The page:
Rick Velasco remembers when it was like that. Velasco is a Chicago native who has called Omaha home for years. He went to DePaul from 1979 to '83 and was one of the team managers in 1982-83.
He'll be there tonight, and the scene will remind him a little of those days.
“It was like Creighton back then,” Velasco said. “We were getting 17,000 a game at the Horizon. All the games were on WGN. They were always on the Saturday game of the week. DePaul-Notre Dame was the last game of the year and Al McGuire always came in to do the game.”
That was when DePaul dominated the area. And what an area. Back then, a Chicago kid like Derrick Rose or Anthony Davis would have signed up to play for the home team.
But ESPN and the Big East changed the world when they exploded in the 1980s. We all know about the programs that rode the wave. DePaul was one of the programs sucked into the undertow.
“It was like what happened to Nebraska (football),” Velasco said. “Once cable TV picked up, mom and dad could watch their kid on any network.”
And then something else happened. Or, somebody happened.
“When we were on WGN, we were way ahead of everyone else,” said Molinari, who was an assistant at DePaul from 1979 to '89. “We were America's Team. We had rivalries with UCLA and Notre Dame. We could recruit the West Coast or East Coast. ESPN changed that.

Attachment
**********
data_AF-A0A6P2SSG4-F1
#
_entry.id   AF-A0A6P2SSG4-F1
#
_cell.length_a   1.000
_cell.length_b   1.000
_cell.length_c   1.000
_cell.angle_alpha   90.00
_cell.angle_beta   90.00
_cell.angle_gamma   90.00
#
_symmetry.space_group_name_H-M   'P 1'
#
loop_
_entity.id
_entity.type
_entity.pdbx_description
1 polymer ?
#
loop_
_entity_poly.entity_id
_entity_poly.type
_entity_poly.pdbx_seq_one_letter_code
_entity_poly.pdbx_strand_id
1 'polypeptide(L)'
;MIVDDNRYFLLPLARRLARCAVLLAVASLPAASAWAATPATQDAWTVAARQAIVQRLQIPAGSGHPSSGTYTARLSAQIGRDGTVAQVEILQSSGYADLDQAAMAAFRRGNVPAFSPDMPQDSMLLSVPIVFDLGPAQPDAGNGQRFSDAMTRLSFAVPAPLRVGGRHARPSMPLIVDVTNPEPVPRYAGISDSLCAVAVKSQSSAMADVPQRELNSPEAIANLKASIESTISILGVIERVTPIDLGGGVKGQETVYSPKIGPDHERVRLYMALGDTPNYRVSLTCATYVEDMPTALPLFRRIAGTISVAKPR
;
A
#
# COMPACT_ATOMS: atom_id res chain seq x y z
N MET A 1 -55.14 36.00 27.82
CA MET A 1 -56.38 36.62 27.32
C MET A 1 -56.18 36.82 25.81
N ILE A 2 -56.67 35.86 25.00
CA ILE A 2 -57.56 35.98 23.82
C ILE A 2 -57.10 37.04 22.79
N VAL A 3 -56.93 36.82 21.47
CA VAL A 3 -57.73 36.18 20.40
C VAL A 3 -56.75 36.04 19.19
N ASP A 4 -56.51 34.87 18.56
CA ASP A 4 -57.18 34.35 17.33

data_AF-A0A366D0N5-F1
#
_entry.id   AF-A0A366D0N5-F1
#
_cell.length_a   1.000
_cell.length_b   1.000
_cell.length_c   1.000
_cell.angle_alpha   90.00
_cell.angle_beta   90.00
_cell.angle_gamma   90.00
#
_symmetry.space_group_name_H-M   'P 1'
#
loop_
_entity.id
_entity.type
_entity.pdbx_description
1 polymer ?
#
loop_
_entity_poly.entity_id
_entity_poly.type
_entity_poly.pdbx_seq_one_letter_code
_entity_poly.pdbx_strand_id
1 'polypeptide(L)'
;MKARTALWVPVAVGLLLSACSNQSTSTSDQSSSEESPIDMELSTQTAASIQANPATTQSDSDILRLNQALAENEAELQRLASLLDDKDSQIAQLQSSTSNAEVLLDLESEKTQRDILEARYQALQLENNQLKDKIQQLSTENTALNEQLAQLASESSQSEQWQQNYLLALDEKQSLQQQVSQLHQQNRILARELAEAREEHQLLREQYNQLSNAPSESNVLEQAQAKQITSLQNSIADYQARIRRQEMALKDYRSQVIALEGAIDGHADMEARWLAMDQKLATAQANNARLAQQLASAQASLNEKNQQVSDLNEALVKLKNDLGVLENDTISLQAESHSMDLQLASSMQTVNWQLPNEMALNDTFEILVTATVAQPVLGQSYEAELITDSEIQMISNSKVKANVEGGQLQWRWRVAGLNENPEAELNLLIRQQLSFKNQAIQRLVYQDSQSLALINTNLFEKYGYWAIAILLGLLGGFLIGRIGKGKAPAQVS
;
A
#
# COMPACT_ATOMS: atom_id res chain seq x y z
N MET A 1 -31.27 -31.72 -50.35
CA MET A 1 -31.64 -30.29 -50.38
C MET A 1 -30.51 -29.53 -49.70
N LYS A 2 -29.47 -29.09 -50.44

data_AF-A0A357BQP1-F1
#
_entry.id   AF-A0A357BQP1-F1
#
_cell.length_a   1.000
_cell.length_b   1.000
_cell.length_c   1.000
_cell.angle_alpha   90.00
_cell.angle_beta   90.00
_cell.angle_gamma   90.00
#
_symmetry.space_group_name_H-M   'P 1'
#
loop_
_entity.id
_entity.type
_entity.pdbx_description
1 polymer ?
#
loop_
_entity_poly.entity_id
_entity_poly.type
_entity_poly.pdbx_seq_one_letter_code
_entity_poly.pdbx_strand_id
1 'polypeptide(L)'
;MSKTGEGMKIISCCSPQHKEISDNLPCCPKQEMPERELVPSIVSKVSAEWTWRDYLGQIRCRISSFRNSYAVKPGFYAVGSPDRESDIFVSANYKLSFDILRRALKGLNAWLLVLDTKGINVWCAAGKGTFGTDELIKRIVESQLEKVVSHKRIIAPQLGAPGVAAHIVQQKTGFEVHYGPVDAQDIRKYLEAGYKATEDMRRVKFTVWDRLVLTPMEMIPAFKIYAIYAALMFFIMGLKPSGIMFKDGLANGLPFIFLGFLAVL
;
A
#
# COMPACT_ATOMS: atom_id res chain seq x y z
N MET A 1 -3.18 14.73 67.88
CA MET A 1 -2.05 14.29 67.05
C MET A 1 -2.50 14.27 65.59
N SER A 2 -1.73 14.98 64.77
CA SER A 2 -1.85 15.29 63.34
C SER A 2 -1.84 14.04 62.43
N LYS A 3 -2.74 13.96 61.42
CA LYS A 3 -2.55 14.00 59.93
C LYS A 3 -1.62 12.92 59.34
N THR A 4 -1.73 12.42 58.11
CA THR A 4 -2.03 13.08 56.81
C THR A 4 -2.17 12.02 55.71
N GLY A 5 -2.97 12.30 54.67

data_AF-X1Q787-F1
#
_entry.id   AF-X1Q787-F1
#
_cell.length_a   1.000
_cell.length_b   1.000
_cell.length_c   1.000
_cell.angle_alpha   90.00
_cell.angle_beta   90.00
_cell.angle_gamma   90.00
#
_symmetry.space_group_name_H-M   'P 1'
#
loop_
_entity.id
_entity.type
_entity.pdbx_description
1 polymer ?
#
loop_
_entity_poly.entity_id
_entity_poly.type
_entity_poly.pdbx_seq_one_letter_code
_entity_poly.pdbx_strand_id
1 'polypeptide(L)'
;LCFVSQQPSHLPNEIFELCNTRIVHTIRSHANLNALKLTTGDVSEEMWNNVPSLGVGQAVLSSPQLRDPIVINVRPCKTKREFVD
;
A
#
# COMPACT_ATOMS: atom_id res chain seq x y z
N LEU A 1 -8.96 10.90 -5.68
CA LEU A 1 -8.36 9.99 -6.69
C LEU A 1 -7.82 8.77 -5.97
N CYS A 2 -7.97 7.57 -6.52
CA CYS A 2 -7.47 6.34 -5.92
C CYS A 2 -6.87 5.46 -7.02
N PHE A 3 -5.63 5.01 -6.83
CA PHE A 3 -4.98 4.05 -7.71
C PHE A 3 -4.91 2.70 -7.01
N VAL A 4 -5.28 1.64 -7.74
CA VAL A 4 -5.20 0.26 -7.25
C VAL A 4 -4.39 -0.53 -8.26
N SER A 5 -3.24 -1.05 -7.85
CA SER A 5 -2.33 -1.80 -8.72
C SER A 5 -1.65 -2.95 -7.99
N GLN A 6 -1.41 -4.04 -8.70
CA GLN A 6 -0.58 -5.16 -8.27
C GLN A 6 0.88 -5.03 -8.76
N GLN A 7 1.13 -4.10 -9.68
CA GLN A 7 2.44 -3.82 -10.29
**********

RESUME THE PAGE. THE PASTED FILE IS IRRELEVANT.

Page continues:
“But the other thing that changed was when the Bulls started winning. We were Chicago's Team. Then once Michael Jordan came, that changed. They took over the town, as you would expect.”
DePaul became an example of how much an identity meant to winning. The Demons dropped their independent status in 1991, joining the Great Midwest Conference, then Conference USA until the Big East called in 2005. By then, the Big East spanned half the country and was investing heavily in football. DePaul, once a crown jewel of the Midwest, was just another team in an over-crowded league.
And a sports town crowded with options.
“The Big East provided challenges for DePaul,” Molinari said. “You were playing a lot of schools, like Syracuse and Louisville, who were at the top of their game. I think this new Big East will be better for them. There are more “like” schools in this conference, schools on the same mission. I think DePaul will be able to find its identity again.
“And hopefully the new arena will help them do that, too.”
DePaul is contributing $70 million to a new $173 million, 10,000-seat arena near the south loop. It's designed to jump-start activity in the McCormick Place Convention Center, not to mention interest in DePaul hoops.
“Going to (All-State Arena) is like going to O'Hare (airport), Velasco said. “It's hard to get to. This is going to be uptown and they're building a train stop by it. We'll get the students back.”
The project isn't without controversy, as Chicagoans in 2014 wonder why anyone wants to spend money on DePaul basketball. Thirty years later, they've forgotten what a college basketball team can mean to a city.
Tonight at the CenturyLink Center, when Creighton runs out of the tunnel, they'll get a reminder.